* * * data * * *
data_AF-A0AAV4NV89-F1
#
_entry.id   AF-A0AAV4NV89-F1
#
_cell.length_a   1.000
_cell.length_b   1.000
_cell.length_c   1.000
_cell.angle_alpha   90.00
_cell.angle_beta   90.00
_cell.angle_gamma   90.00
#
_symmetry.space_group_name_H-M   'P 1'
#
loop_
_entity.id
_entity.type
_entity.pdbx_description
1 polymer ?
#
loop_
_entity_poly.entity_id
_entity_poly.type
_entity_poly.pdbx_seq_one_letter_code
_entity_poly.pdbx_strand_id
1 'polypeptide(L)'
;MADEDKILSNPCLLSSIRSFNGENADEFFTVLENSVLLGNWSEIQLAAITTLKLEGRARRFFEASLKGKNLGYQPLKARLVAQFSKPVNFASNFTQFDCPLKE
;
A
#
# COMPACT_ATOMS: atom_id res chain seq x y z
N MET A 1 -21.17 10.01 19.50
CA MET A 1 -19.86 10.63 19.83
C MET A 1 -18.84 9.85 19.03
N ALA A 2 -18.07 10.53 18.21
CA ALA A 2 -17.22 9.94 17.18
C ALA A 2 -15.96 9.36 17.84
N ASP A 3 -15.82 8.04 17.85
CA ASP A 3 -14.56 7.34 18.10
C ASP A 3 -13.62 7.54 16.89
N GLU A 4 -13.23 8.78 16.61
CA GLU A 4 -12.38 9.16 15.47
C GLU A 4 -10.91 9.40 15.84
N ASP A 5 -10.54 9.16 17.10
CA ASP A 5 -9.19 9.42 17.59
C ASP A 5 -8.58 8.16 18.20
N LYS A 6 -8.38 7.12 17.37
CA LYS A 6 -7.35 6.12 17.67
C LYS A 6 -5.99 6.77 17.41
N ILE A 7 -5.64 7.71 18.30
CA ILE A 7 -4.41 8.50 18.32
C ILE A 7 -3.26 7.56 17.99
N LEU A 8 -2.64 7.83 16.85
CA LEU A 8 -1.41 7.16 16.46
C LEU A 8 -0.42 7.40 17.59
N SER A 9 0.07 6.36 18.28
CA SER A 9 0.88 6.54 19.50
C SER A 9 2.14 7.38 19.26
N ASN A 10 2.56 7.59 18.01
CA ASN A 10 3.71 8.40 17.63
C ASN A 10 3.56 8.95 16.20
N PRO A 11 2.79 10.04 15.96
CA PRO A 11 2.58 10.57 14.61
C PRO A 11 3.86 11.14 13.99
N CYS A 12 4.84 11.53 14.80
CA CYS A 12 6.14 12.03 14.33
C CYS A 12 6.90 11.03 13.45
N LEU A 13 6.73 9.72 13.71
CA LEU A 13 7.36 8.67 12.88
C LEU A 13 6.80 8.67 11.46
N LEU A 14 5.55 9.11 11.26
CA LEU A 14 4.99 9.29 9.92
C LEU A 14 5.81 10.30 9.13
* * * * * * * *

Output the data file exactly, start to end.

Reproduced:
data_AF-A0AAV4NV89-F1
#
_entry.id   AF-A0AAV4NV89-F1
#
_cell.length_a   1.000
_cell.length_b   1.000
_cell.length_c   1.000
_cell.angle_alpha   90.00
_cell.angle_beta   90.00
_cell.angle_gamma   90.00
#
_symmetry.space_group_name_H-M   'P 1'
#
loop_
_entity.id
_entity.type
_entity.pdbx_description
1 polymer ?
#
loop_
_entity_poly.entity_id
_entity_poly.type
_entity_poly.pdbx_seq_one_letter_code
_entity_poly.pdbx_strand_id
1 'polypeptide(L)'
;MADEDKILSNPCLLSSIRSFNGENADEFFTVLENSVLLGNWSEIQLAAITTLKLEGRARRFFEASLKGKNLGYQPLKARLVAQFSKPVNFASNFTQFDCPLKE
;
A
#
# COMPACT_ATOMS: atom_id res chain seq x y z
N MET A 1 -21.17 10.01 19.50
CA MET A 1 -19.86 10.63 19.83
C MET A 1 -18.84 9.85 19.03
N ALA A 2 -18.07 10.53 18.21
CA ALA A 2 -17.22 9.94 17.18
C ALA A 2 -15.96 9.36 17.84
N ASP A 3 -15.82 8.04 17.85
CA ASP A 3 -14.56 7.34 18.10
C ASP A 3 -13.62 7.54 16.89
N GLU A 4 -13.23 8.78 16.61
CA GLU A 4 -12.38 9.16 15.47
C GLU A 4 -10.91 9.40 15.84
N ASP A 5 -10.54 9.16 17.10
CA ASP A 5 -9.19 9.42 17.59
C ASP A 5 -8.58 8.16 18.20
N LYS A 6 -8.38 7.12 17.37
CA LYS A 6 -7.35 6.12 17.67
C LYS A 6 -5.99 6.77 17.41
N ILE A 7 -5.64 7.71 18.30
CA ILE A 7 -4.41 8.50 18.32
C ILE A 7 -3.26 7.56 17.99
N LEU A 8 -2.64 7.83 16.85
CA LEU A 8 -1.41 7.16 16.46
C LEU A 8 -0.42 7.40 17.59
N SER A 9 0.07 6.36 18.28
CA SER A 9 0.88 6.54 19.50
C SER A 9 2.14 7.38 19.26
N ASN A 10 2.56 7.59 18.01
CA ASN A 10 3.71 8.40 17.63
C ASN A 10 3.56 8.95 16.20
N PRO A 11 2.79 10.04 15.96
CA PRO A 11 2.58 10.57 14.61
C PRO A 11 3.86 11.14 13.99
N CYS A 12 4.84 11.53 14.80
CA CYS A 12 6.14 12.03 14.33
C CYS A 12 6.90 11.03 13.45
N LEU A 13 6.73 9.72 13.71
CA LEU A 13 7.36 8.67 12.88
C LEU A 13 6.80 8.67 11.46
N LEU A 14 5.55 9.11 11.26
CA LEU A 14 4.99 9.29 9.92
C LEU A 14 5.81 10.30 9.13